1. Because the name Madison is still in the Top Ten, so I should not be/act surprised that I would still be encountering them regularly---especially considering my DEEPLY-FELT baby-naming philosophy that The Top 10 is Not the Kiss of Death. I PUSH people not to rule out names just because of popularity; I feel STRONGLY that it's an issue that should be considered but shouldn't be some sort of arbitrary deal-breaker ("It's our favorite name in the whole world AND it's my beloved grandmother's name AND my grandmother passed away on the day the baby was born---but we can't use it because we're not using any name in the Top 100 and it's #96!").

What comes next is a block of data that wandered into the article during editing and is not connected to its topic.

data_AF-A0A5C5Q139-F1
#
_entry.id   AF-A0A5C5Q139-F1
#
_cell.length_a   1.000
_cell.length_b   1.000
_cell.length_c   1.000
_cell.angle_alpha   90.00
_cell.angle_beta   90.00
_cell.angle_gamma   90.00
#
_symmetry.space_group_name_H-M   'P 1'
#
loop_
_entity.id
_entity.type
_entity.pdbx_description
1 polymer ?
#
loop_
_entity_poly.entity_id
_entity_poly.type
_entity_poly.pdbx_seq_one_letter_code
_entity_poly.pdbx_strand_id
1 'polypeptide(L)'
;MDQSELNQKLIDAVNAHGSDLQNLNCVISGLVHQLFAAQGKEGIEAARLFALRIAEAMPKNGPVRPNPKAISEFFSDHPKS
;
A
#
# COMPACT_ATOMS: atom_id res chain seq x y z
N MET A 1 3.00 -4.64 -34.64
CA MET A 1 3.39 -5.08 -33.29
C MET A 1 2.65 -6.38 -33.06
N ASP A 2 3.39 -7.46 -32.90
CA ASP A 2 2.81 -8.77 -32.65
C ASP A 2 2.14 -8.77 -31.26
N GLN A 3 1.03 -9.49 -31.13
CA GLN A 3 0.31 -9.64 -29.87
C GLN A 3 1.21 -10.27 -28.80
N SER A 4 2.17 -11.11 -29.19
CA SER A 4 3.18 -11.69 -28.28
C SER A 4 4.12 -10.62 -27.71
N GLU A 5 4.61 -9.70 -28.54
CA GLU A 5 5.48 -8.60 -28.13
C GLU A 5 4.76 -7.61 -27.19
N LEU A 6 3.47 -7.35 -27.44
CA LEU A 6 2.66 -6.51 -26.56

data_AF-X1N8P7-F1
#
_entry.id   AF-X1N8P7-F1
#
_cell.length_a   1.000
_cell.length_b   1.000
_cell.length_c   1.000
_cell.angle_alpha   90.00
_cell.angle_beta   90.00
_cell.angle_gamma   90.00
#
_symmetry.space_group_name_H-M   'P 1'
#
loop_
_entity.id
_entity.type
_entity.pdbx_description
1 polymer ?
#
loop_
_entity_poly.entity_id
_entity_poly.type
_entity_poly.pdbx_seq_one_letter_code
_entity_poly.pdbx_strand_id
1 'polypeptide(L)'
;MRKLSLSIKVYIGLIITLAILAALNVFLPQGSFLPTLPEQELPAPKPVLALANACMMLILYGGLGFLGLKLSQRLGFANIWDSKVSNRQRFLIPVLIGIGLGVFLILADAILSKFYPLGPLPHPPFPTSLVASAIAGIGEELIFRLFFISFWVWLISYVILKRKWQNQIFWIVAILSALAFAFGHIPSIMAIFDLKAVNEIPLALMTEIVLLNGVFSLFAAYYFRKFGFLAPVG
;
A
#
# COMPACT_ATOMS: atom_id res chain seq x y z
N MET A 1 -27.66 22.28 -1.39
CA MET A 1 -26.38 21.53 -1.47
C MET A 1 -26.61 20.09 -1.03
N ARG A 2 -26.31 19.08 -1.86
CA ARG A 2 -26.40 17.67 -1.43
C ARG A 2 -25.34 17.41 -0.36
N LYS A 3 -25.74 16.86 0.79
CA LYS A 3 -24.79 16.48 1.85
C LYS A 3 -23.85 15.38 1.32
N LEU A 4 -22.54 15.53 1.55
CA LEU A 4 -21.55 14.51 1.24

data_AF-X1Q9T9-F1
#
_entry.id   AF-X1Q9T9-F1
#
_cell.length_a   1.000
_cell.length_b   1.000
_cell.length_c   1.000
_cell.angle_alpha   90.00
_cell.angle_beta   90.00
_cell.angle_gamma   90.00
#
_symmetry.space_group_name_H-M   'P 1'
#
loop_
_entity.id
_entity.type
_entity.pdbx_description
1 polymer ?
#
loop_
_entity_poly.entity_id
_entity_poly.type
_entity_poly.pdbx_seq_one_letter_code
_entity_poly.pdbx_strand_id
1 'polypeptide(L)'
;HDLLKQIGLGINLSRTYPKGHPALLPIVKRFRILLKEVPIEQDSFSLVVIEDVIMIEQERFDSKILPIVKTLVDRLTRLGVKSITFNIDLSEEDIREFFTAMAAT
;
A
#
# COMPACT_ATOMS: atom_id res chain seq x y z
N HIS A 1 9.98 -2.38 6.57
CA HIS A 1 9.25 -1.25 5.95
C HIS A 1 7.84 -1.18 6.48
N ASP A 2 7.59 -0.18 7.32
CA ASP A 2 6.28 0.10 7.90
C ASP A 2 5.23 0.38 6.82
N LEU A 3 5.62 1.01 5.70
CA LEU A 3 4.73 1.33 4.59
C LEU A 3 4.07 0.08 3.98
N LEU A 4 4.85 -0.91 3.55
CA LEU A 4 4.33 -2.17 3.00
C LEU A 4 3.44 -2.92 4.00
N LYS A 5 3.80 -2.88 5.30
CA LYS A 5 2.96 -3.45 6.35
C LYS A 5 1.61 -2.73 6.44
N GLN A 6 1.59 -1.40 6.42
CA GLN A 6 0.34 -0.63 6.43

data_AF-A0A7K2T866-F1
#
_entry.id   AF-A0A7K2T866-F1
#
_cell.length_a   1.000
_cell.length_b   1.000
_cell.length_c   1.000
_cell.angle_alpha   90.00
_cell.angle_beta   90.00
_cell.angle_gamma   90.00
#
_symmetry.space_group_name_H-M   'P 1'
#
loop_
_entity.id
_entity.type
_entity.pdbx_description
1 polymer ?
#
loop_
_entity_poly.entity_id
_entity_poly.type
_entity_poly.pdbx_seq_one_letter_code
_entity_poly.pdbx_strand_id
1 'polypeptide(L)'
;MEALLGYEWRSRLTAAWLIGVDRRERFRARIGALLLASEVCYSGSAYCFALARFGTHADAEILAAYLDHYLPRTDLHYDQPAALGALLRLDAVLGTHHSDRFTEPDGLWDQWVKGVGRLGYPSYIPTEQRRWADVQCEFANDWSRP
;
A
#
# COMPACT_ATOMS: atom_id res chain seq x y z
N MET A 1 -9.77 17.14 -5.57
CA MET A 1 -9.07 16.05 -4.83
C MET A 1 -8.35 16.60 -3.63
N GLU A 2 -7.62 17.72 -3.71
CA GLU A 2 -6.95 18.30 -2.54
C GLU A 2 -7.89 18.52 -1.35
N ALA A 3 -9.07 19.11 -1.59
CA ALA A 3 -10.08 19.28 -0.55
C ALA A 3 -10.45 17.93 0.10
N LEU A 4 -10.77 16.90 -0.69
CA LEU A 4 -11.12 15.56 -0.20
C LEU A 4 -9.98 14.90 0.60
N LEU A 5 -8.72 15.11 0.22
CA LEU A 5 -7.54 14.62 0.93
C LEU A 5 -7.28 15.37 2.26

2. Because that reaction is totally obnoxious in EVERY situation where a person who is a hobbyist acts all disdainful of other people's choices. I HATE when someone who likes fashion is all, "NOBODY is wearing that style anymore" or "MOM JEANS." I HATE when a celebrity magazine mocks a celebrity for re-wearing an outfit. I HATE when someone makes a scoffy sound because someone has the point-three version of an electronic device instead of the point-four version. I hate when ANYONE acts as if only the NEWEST COOLEST FRESHEST has any merit at all---and it only counts as "newest/coolest/freshest" if no one else has discovered it yet. I remember seeing some program on how colors are chosen for each new season of clothes/make-up, and one of the nasty design people said something like, "By the time you know it's in style, it's NOT anymore" and I thought, "Oh yes? Well then, screw that game." And normally I am much more of a lady with my language.